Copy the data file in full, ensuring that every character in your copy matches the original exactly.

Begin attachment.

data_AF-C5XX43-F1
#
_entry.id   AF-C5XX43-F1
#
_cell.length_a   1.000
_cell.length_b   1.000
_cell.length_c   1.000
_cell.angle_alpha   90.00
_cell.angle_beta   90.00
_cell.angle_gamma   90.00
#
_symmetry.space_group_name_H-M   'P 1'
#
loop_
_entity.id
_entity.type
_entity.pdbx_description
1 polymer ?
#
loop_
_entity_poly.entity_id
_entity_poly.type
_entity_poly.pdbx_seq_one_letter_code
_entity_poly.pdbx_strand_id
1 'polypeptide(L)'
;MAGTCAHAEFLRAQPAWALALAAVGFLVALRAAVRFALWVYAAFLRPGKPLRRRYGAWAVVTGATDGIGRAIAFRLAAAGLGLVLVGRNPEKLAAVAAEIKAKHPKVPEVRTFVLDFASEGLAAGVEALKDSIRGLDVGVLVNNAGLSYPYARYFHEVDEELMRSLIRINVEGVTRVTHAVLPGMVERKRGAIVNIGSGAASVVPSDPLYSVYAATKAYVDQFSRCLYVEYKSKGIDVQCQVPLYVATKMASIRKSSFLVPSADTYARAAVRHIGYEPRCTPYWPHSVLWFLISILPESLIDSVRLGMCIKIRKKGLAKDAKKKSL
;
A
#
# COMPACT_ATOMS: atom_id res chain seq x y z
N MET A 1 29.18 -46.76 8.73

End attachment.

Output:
data_AF-C5XX43-F1
#
_entry.id   AF-C5XX43-F1
#
_cell.length_a   1.000
_cell.length_b   1.000
_cell.length_c   1.000
_cell.angle_alpha   90.00
_cell.angle_beta   90.00
_cell.angle_gamma   90.00
#
_symmetry.space_group_name_H-M   'P 1'
#
loop_
_entity.id
_entity.type
_entity.pdbx_description
1 polymer ?
#
loop_
_entity_poly.entity_id
_entity_poly.type
_entity_poly.pdbx_seq_one_letter_code
_entity_poly.pdbx_strand_id
1 'polypeptide(L)'
;MAGTCAHAEFLRAQPAWALALAAVGFLVALRAAVRFALWVYAAFLRPGKPLRRRYGAWAVVTGATDGIGRAIAFRLAAAGLGLVLVGRNPEKLAAVAAEIKAKHPKVPEVRTFVLDFASEGLAAGVEALKDSIRGLDVGVLVNNAGLSYPYARYFHEVDEELMRSLIRINVEGVTRVTHAVLPGMVERKRGAIVNIGSGAASVVPSDPLYSVYAATKAYVDQFSRCLYVEYKSKGIDVQCQVPLYVATKMASIRKSSFLVPSADTYARAAVRHIGYEPRCTPYWPHSVLWFLISILPESLIDSVRLGMCIKIRKKGLAKDAKKKSL
;
A
#
# COMPACT_ATOMS: atom_id res chain seq x y z
N MET A 1 29.18 -46.76 8.73